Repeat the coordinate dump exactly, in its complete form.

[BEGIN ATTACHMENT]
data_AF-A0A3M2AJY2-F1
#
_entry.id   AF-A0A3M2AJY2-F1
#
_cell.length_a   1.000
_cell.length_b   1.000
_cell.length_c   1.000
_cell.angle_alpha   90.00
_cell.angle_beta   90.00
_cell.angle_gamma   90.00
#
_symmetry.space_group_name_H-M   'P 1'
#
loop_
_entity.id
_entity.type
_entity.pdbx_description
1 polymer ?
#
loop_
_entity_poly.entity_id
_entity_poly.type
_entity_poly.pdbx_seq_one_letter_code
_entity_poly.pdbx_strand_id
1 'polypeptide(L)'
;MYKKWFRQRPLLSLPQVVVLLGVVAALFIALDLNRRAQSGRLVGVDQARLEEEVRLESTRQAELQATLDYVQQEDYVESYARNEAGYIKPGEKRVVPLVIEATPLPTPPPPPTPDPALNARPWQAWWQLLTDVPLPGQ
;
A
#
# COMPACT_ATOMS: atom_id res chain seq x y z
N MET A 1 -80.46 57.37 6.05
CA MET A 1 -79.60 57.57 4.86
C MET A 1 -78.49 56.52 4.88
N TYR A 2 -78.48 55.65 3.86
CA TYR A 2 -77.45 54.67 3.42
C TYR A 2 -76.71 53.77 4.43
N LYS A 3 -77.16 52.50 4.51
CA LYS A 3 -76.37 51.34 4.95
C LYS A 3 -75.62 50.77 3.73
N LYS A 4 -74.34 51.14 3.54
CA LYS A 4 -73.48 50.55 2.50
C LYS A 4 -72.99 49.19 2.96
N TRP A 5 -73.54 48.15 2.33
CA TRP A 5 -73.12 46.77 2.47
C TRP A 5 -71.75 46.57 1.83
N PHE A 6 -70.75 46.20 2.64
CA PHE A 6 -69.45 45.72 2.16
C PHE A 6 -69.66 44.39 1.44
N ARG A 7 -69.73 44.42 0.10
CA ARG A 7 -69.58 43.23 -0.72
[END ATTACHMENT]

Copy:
data_AF-A0A3M2AJY2-F1
#
_entry.id   AF-A0A3M2AJY2-F1
#
_cell.length_a   1.000
_cell.length_b   1.000
_cell.length_c   1.000
_cell.angle_alpha   90.00
_cell.angle_beta   90.00
_cell.angle_gamma   90.00
#
_symmetry.space_group_name_H-M   'P 1'
#
loop_
_entity.id
_entity.type
_entity.pdbx_description
1 polymer ?
#
loop_
_entity_poly.entity_id
_entity_poly.type
_entity_poly.pdbx_seq_one_letter_code
_entity_poly.pdbx_strand_id
1 'polypeptide(L)'
;MYKKWFRQRPLLSLPQVVVLLGVVAALFIALDLNRRAQSGRLVGVDQARLEEEVRLESTRQAELQATLDYVQQEDYVESYARNEAGYIKPGEKRVVPLVIEATPLPTPPPPPTPDPALNARPWQAWWQLLTDVPLPGQ
;
A
#
# COMPACT_ATOMS: atom_id res chain seq x y z
N MET A 1 -80.46 57.37 6.05
CA MET A 1 -79.60 57.57 4.86
C MET A 1 -78.49 56.52 4.88
N TYR A 2 -78.48 55.65 3.86
CA TYR A 2 -77.45 54.67 3.42
C TYR A 2 -76.71 53.77 4.43
N LYS A 3 -77.16 52.50 4.51
CA LYS A 3 -76.37 51.34 4.95
C LYS A 3 -75.62 50.77 3.73
N LYS A 4 -74.34 51.14 3.54
CA LYS A 4 -73.48 50.55 2.50
C LYS A 4 -72.99 49.19 2.96
N TRP A 5 -73.54 48.15 2.33
CA TRP A 5 -73.12 46.77 2.47
C TRP A 5 -71.75 46.57 1.83
N PHE A 6 -70.75 46.20 2.64
CA PHE A 6 -69.45 45.72 2.16
C PHE A 6 -69.66 44.39 1.44
N ARG A 7 -69.73 44.42 0.10
CA ARG A 7 -69.58 43.23 -0.72